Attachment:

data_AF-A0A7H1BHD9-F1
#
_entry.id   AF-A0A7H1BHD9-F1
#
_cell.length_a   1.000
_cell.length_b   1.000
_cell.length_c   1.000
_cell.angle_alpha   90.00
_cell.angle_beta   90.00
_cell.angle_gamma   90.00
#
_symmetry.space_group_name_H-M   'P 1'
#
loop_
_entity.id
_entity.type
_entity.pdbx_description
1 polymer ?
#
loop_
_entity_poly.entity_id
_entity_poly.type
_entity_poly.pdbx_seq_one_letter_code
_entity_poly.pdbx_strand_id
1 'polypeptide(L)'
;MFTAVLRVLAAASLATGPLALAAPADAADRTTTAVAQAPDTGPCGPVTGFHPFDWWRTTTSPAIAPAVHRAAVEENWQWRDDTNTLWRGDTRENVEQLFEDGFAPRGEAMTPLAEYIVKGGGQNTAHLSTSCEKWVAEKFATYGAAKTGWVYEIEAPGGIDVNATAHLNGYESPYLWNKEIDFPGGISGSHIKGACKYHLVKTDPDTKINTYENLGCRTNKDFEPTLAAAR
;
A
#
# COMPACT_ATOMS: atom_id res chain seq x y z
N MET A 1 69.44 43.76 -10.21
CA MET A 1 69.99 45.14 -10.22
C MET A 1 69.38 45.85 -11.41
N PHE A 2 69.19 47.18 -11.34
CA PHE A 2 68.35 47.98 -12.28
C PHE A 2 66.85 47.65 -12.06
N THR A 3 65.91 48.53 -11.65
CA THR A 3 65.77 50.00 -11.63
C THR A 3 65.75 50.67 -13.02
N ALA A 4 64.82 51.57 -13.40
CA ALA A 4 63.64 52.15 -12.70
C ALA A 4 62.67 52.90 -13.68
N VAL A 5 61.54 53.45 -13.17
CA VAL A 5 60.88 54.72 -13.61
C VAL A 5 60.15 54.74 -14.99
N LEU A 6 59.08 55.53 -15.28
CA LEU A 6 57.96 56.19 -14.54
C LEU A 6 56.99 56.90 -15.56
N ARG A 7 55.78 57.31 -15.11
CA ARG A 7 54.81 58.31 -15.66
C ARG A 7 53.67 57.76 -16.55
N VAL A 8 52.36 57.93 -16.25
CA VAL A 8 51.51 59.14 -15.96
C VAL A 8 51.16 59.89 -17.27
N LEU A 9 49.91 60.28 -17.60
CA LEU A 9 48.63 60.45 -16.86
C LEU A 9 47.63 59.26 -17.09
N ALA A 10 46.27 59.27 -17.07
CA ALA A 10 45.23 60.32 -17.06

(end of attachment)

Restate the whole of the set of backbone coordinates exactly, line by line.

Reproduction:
data_AF-A0A7H1BHD9-F1
#
_entry.id   AF-A0A7H1BHD9-F1
#
_cell.length_a   1.000
_cell.length_b   1.000
_cell.length_c   1.000
_cell.angle_alpha   90.00
_cell.angle_beta   90.00
_cell.angle_gamma   90.00
#
_symmetry.space_group_name_H-M   'P 1'
#
loop_
_entity.id
_entity.type
_entity.pdbx_description
1 polymer ?
#
loop_
_entity_poly.entity_id
_entity_poly.type
_entity_poly.pdbx_seq_one_letter_code
_entity_poly.pdbx_strand_id
1 'polypeptide(L)'
;MFTAVLRVLAAASLATGPLALAAPADAADRTTTAVAQAPDTGPCGPVTGFHPFDWWRTTTSPAIAPAVHRAAVEENWQWRDDTNTLWRGDTRENVEQLFEDGFAPRGEAMTPLAEYIVKGGGQNTAHLSTSCEKWVAEKFATYGAAKTGWVYEIEAPGGIDVNATAHLNGYESPYLWNKEIDFPGGISGSHIKGACKYHLVKTDPDTKINTYENLGCRTNKDFEPTLAAAR
;
A
#
# COMPACT_ATOMS: atom_id res chain seq x y z
N MET A 1 69.44 43.76 -10.21
CA MET A 1 69.99 45.14 -10.22
C MET A 1 69.38 45.85 -11.41
N PHE A 2 69.19 47.18 -11.34
CA PHE A 2 68.35 47.98 -12.28
C PHE A 2 66.85 47.65 -12.06
N THR A 3 65.91 48.53 -11.65
CA THR A 3 65.77 50.00 -11.63
C THR A 3 65.75 50.67 -13.02
N ALA A 4 64.82 51.57 -13.40
CA ALA A 4 63.64 52.15 -12.70
C ALA A 4 62.67 52.90 -13.68
N VAL A 5 61.54 53.45 -13.17
CA VAL A 5 60.88 54.72 -13.61
C VAL A 5 60.15 54.74 -14.99
N LEU A 6 59.08 55.53 -15.28
CA LEU A 6 57.96 56.19 -14.54
C LEU A 6 56.99 56.90 -15.56
N ARG A 7 55.78 57.31 -15.11
CA ARG A 7 54.81 58.31 -15.66
C ARG A 7 53.67 57.76 -16.55
N VAL A 8 52.36 57.93 -16.25
CA VAL A 8 51.51 59.14 -15.96
C VAL A 8 51.16 59.89 -17.27
N LEU A 9 49.91 60.28 -17.60
CA LEU A 9 48.63 60.45 -16.86
C LEU A 9 47.63 59.26 -17.09
N ALA A 10 46.27 59.27 -17.07
CA ALA A 10 45.23 60.32 -17.06